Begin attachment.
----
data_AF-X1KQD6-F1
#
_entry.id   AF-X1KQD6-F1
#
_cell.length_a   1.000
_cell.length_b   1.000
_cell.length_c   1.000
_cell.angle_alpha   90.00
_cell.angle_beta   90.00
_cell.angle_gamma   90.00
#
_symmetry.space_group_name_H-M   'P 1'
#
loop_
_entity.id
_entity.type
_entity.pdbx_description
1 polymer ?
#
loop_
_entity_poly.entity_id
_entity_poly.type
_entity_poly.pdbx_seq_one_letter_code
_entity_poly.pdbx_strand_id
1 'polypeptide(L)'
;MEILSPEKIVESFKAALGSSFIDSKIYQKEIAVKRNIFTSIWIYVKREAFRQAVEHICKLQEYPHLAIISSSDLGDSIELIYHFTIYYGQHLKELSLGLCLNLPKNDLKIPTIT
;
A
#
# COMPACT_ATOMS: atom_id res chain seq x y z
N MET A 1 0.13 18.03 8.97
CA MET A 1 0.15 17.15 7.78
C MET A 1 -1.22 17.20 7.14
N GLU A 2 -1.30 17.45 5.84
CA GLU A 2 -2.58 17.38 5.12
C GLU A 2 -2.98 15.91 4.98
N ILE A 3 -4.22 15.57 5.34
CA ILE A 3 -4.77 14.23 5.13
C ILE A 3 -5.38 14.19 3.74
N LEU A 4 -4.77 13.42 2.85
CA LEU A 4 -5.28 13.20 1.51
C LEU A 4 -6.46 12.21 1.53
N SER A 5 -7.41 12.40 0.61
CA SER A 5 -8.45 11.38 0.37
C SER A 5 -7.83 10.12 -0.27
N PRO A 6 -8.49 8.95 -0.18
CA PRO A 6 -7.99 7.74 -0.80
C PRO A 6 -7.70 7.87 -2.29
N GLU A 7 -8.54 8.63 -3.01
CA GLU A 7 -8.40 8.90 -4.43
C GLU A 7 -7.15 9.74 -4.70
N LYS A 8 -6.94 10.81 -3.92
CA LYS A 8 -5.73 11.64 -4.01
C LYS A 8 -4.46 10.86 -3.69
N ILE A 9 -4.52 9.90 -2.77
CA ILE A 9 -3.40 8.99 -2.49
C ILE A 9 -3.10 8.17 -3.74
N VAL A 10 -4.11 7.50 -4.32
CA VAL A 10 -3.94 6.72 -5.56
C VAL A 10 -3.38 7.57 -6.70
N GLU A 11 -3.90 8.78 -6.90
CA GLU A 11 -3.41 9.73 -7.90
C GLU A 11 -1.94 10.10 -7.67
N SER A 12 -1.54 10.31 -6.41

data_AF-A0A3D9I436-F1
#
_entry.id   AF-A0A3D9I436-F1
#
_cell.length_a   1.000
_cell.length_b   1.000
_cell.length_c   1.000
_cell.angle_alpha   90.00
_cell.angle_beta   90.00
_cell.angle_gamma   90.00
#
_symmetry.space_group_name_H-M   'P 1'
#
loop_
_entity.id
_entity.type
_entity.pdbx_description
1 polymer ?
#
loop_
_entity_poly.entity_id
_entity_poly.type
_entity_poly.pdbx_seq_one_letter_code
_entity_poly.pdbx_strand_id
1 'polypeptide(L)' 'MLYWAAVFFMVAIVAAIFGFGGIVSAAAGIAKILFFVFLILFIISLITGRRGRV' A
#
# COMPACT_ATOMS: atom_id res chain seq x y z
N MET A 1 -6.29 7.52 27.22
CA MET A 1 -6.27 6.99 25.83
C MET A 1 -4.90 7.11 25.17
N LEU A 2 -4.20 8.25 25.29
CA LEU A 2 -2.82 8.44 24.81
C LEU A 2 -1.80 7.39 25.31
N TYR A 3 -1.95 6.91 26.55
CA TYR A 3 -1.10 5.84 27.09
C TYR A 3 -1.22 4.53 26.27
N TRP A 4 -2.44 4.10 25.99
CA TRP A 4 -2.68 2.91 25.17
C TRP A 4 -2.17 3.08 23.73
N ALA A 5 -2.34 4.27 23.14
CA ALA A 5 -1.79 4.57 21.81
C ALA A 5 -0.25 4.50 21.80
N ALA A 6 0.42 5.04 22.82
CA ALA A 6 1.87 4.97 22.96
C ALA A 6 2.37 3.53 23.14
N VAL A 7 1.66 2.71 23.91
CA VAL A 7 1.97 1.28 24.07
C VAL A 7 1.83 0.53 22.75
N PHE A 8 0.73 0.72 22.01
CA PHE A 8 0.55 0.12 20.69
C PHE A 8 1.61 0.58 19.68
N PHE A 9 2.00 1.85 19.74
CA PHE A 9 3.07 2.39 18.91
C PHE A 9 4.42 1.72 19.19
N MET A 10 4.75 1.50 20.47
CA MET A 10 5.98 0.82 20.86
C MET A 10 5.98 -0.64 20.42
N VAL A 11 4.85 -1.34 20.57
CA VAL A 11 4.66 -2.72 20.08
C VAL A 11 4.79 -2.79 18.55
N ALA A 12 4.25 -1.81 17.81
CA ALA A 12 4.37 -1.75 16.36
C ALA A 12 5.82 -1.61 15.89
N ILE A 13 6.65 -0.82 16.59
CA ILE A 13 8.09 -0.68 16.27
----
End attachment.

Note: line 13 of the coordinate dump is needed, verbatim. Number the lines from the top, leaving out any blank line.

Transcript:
#